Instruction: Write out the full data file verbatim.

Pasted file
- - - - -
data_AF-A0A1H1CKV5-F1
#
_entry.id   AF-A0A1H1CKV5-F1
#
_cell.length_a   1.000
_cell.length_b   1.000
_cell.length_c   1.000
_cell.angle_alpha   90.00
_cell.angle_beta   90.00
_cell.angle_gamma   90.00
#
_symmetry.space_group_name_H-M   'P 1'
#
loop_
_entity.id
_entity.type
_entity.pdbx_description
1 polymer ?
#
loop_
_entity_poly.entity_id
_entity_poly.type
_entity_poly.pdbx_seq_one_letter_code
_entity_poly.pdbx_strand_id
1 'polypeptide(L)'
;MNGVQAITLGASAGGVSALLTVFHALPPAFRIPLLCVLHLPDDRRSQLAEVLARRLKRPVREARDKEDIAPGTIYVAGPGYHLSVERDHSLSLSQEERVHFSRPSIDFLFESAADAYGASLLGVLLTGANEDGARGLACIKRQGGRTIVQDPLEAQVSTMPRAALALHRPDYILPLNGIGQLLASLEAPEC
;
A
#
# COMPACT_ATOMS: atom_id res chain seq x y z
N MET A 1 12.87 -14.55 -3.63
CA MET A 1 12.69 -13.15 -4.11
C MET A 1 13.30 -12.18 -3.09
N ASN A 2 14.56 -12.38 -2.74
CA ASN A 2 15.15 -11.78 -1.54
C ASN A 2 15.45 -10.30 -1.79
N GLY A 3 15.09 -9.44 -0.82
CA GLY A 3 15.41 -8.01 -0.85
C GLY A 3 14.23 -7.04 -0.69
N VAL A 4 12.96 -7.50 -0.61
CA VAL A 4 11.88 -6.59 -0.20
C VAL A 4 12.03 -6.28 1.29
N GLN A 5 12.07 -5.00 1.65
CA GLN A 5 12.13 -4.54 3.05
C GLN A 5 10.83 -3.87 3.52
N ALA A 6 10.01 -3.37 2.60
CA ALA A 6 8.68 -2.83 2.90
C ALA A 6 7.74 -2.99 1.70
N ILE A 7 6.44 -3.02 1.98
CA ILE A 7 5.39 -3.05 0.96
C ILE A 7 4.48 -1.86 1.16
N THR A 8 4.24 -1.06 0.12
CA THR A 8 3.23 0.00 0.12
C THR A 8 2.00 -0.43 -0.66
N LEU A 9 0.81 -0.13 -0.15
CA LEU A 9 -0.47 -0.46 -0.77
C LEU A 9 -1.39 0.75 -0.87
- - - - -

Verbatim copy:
data_AF-A0A1H1CKV5-F1
#
_entry.id   AF-A0A1H1CKV5-F1
#
_cell.length_a   1.000
_cell.length_b   1.000
_cell.length_c   1.000
_cell.angle_alpha   90.00
_cell.angle_beta   90.00
_cell.angle_gamma   90.00
#
_symmetry.space_group_name_H-M   'P 1'
#
loop_
_entity.id
_entity.type
_entity.pdbx_description
1 polymer ?
#
loop_
_entity_poly.entity_id
_entity_poly.type
_entity_poly.pdbx_seq_one_letter_code
_entity_poly.pdbx_strand_id
1 'polypeptide(L)'
;MNGVQAITLGASAGGVSALLTVFHALPPAFRIPLLCVLHLPDDRRSQLAEVLARRLKRPVREARDKEDIAPGTIYVAGPGYHLSVERDHSLSLSQEERVHFSRPSIDFLFESAADAYGASLLGVLLTGANEDGARGLACIKRQGGRTIVQDPLEAQVSTMPRAALALHRPDYILPLNGIGQLLASLEAPEC
;
A
#
# COMPACT_ATOMS: atom_id res chain seq x y z
N MET A 1 12.87 -14.55 -3.63
CA MET A 1 12.69 -13.15 -4.11
C MET A 1 13.30 -12.18 -3.09
N ASN A 2 14.56 -12.38 -2.74
CA ASN A 2 15.15 -11.78 -1.54
C ASN A 2 15.45 -10.30 -1.79
N GLY A 3 15.09 -9.44 -0.82
CA GLY A 3 15.41 -8.01 -0.85
C GLY A 3 14.23 -7.04 -0.69
N VAL A 4 12.96 -7.50 -0.61
CA VAL A 4 11.88 -6.59 -0.20
C VAL A 4 12.03 -6.28 1.29
N GLN A 5 12.07 -5.00 1.65
CA GLN A 5 12.13 -4.54 3.05
C GLN A 5 10.83 -3.87 3.52
N ALA A 6 10.01 -3.37 2.60
CA ALA A 6 8.68 -2.83 2.90
C ALA A 6 7.74 -2.99 1.70
N ILE A 7 6.44 -3.02 1.98
CA ILE A 7 5.39 -3.05 0.96
C ILE A 7 4.48 -1.86 1.16
N THR A 8 4.24 -1.06 0.12
CA THR A 8 3.23 0.00 0.12
C THR A 8 2.00 -0.43 -0.66
N LEU A 9 0.81 -0.13 -0.15
CA LEU A 9 -0.47 -0.46 -0.77
C LEU A 9 -1.39 0.75 -0.87